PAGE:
A Small Business Administration program designed to help businesses in low-income areas get federal contracts gave a dozen firms, including three ineligible ones, 94 percent of the funding awarded over a six-month period last year.

The 12 companies received 34.9 million from the SBA's HUBZone program between July and December 2012, even though 367 firms were certified during that period, according to an audit made public Friday by the SBA inspector general.

To be eligible for the program, firms must have a primary office in a HUBZone; have at least 35 percent of employees living in a HUBZone; and have never been debarred or suspended from receiving federal contracts.

Three of the firms broke these rules, one through possible fraud, and received more than $1 million that should have gone to other businesses, the IG said.

"The HUBZone program is not meeting its mission to help small firms in certain communities gain access to federal contracting opportunities to the greatest extent possible," the IG said.

"Specifically, ineligible firms received federal contracts that should have been awarded to legitimate HUBZone companies, resulting in the diversion of economic benefits to an unintended target," the IG said.

One of 12 firms receiving the most money wasn't located in a HUBZone, but provided an address and phone number that were.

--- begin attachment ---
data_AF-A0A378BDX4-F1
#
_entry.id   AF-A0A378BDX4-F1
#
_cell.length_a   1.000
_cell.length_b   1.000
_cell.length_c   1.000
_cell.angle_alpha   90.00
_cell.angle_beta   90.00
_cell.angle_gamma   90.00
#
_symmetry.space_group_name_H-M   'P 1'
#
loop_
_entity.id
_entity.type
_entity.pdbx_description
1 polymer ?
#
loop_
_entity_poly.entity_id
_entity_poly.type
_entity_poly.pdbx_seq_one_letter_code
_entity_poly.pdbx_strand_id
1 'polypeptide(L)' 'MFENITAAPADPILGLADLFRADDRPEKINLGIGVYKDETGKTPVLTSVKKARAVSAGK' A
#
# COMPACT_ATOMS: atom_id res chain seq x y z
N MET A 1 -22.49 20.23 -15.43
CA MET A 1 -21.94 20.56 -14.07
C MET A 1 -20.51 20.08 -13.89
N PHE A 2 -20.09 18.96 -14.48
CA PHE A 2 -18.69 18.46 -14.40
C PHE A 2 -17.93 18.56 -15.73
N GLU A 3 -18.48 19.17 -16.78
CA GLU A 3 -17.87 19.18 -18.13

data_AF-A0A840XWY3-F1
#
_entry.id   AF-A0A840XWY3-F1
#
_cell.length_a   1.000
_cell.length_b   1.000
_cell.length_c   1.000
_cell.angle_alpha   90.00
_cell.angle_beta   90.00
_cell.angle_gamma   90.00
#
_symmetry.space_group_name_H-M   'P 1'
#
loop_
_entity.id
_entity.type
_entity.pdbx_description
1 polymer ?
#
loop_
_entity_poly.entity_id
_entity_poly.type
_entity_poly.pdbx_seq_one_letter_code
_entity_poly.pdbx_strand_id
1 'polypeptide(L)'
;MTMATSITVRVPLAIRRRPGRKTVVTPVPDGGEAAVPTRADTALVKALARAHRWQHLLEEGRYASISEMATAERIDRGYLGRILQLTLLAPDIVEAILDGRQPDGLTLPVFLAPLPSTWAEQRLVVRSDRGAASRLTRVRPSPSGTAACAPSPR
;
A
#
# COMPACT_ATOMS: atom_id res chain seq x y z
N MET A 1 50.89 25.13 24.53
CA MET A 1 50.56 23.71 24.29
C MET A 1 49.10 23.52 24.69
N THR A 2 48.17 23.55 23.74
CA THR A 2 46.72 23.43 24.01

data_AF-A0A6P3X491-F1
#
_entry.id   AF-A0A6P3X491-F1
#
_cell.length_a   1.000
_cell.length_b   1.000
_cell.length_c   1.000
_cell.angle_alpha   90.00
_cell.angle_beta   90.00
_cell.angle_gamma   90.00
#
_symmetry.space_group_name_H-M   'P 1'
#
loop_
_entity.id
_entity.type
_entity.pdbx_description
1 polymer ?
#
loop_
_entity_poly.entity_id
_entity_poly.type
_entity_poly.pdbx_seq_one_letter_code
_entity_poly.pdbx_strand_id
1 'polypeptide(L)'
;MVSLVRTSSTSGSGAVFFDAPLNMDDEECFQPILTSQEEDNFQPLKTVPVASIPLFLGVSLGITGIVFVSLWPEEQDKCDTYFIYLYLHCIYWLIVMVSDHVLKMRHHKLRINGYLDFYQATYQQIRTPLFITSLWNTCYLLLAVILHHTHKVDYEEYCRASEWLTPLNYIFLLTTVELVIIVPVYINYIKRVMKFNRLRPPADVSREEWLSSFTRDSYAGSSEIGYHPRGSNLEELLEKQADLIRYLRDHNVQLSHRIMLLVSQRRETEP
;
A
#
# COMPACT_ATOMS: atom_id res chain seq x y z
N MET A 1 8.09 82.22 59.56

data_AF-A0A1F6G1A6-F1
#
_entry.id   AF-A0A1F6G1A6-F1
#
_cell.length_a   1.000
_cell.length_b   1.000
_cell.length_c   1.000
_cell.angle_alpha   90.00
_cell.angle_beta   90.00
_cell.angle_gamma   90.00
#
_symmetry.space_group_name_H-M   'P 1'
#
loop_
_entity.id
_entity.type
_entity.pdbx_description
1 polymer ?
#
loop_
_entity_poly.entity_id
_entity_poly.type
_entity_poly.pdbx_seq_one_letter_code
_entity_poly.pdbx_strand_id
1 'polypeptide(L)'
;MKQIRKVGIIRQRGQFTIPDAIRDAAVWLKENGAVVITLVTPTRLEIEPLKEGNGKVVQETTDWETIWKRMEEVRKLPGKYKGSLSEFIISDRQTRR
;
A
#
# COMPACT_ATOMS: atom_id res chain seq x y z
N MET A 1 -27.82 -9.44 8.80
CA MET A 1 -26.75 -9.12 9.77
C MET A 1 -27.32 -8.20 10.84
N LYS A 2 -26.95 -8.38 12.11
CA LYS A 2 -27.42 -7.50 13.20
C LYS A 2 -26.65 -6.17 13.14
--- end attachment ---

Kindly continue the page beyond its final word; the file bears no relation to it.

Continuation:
The company, a Maryland cleaning business, even including a water bill as proof of its location, but the bill showed no use for the dates billed, according to the IG.

"The OIG audit team visited the principal office at 10 a.m. on a weekday, but no one answered the door. We spoke to a neighbor who had never seen any evidence of a cleaning business," the IG said.

The company actually received federal funding in August 2012 and was identified as HUBZone-certified, at the time, one month before it was removed from the program.

Then, 48 days after being denied, it was certified, despite a 90-day waiting period required before re-application.

A second company told SBA it had never been debarred or suspended, even though it was blocked by the Department of Veterans Affairs from receiving federal contracts between February and September 2011.

The HUBZone application specifically asks whether the applicant has ever been debarred or suspended, and the owner said "no."

"This is a false statement. According to the director of the HUBZone program, a firm with a previous debarment that was not reported on the application is a false statement and the firm should not be admitted into the HUBZone program," the IG said.

A third company was eligible when its application was initially received, with 35 percent of employees living in a HUBZone.

But during the four months it took to receive certification, two employees' driver's licenses expired. Valid identification is required as proof of residency, meaning the firm was no longer eligible.

The biggest reason these companies all slipped through the cracks is that SBA doesn't have an official review process for certification, the IG said.

Until 2010, firms were allowed to self-certify, but SBA hasn't changed its operating procedure since 2007, relying instead on analysts' experience to catch ineligible and fraudulent applications.

The IG recommended SBA update its operating procedure and review the three businesses for de-certification. SBA said it plans to issue proposed decertification notices to the firms by Nov. 29.